This is an old gripe. I first wrote about it 12 years ago and nothing’s changed. Just the opposite; it’s gotten worse. NOT ENOUGH SPACE! The space afforded us in most venues is inadequate and getting smaller. My latest adventure, as a giant in a miniature world, was at a Frankie Avalon concert in Daytona Beach.
I get to these theatre things early so I can claim the armrest. The first one there gets it. The last one has to sit with his hands in his lap. That’s the rule! I often wonder, just who is it that designs the seating pattern for these places. It must be a group of skinny and height-challenged people. They size the seats to fit their derriere. The width of the row is undersized as well, so narrow that everyone has to stand up and do a “Twister” maneuver to let the latecomers pass by to their seats. (Why are late people’s seats always in the middle of the row?) Armrests are so skimpy they barely support a single arm, yet two people are supposed to share them. Irish blood flows in my veins and cursed me with toothpick arms, but even they are too big for armrests in modern theaters. I feel like a gorilla when I plop them down. The bigger question is, “Why aren’t there two armrests on each seat?
We lucked out at the Frankie Avalon concert; we beat the crowd to our row. Sure, I had to knock over an old guy with a cane and a “blue hair” in a walker, but we beat them down the aisle. I scrunched down in my seat and took possession of the armrest. It was mine! I wasn’t moving! Or, so I thought. I hadn’t planned on a leg cramp. When I’m stuck in a seat made for a 10-year-old with my knees higher than my hips and jammed into the back of the seat in front of me, my legs complain with a cramp. It’s mostly physical, but I swear it’s also psychological. My subconscious plays games, to make me look foolish. It says (with a chuckle), “I’ll let the old guy get comfortable and then throw a cramp into his leg; it will force him to leap to his feet and try to kick it out. Ha! Ha!”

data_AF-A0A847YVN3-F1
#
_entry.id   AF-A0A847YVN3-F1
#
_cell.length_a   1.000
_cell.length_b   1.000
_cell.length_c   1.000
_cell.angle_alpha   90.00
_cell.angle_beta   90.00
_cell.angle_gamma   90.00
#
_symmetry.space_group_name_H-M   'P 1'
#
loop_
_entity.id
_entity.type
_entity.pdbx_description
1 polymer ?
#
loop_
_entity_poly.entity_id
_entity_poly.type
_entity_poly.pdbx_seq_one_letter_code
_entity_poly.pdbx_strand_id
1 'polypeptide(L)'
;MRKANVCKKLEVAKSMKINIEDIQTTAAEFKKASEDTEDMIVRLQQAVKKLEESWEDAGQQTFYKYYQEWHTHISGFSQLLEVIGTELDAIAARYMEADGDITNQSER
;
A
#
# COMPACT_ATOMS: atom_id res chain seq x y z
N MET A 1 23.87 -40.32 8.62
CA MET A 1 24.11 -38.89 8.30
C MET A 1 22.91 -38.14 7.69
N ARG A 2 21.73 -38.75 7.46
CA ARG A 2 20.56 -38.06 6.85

My subconscious loves to mess with me. It got me good when I underwent an MRI for the first time. It conjured up an image of being buried alive. It went at me again when I was trapped in an elevator on a cruise ship during a storm. It created a burial at sea image that time. It’s no fun being an old coot with a subconscious that’s a practical jokester. You can easily spot me when it’s on the job, like in a theater. I’m the guy in the middle of the row with beads of sweat on my forehead, a pained expression on my face, sitting next to an exasperated woman who asks, through gritted teeth, “What on earth are you up to now?” (Nothing, just trying to endure a bear trap clamped around my leg.)
We’ve got a crisis on our hands with this lack of space thing. Our bodies are getting bigger; the seats are getting smaller. MacDonald’s is blamed for the obesity wave that’s sweeping across America, yet the miniature thinking designers are making things smaller and smaller. Each new project has less elbowroom. Maybe architects are awarded jobs by how many people they promise to squeeze into a given space. “I can get 1000 seats into that theater!” – “I can get 1500!” The contract goes to the highest bidder. Their minimal space designs are everywhere and not just seating areas. They’ve done a number on parking lots. Our cars are bigger; the spaces are smaller. Body shops love it. I don’t dare bring up the space on airplanes. My head would explode. I think we need a new law. Only people who are 6 feet 5, weigh 300 pounds and drive Hummers can become architects. Maybe then we can fit in.
Comments. Complaints. Send to – firstname.lastname@example.org.